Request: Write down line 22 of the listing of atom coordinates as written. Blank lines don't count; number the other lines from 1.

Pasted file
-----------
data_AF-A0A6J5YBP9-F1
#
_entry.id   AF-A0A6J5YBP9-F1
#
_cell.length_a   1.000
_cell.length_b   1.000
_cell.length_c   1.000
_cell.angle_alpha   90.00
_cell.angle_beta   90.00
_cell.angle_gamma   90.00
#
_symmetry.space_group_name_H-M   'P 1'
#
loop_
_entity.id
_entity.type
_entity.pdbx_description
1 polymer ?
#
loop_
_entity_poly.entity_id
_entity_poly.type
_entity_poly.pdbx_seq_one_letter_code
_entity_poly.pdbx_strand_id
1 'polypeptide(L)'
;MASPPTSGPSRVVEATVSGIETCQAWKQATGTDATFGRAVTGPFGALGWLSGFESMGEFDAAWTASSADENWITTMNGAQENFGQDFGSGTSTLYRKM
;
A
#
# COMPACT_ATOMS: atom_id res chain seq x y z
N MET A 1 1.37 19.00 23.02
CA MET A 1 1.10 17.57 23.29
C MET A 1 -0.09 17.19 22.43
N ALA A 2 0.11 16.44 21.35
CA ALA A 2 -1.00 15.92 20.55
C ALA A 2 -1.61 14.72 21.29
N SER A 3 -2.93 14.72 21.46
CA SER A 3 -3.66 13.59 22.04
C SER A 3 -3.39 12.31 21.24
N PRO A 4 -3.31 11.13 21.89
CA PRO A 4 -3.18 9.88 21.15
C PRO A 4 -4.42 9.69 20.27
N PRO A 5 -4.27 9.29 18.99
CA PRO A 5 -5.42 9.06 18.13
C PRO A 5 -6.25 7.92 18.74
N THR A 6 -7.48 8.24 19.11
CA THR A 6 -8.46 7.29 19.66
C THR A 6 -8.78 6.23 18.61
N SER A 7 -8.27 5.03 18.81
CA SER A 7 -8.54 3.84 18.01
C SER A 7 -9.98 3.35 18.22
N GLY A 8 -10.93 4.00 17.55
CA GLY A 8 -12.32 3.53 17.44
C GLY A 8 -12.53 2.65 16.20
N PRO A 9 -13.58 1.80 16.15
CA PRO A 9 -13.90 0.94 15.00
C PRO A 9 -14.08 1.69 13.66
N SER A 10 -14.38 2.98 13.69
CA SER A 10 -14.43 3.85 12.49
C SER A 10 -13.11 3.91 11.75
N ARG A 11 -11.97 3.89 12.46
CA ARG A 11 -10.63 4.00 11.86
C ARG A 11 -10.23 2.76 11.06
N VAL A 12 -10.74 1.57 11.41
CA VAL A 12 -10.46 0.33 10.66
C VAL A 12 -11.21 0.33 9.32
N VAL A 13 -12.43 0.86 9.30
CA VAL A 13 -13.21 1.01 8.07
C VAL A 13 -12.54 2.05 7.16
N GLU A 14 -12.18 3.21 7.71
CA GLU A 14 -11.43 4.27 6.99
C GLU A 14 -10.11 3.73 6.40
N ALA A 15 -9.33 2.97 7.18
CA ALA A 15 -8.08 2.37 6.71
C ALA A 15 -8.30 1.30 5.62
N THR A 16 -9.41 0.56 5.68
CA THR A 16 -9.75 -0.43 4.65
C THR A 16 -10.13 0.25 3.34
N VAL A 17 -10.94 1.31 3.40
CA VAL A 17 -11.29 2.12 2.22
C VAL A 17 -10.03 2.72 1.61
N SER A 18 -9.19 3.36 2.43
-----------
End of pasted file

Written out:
_entity_poly.type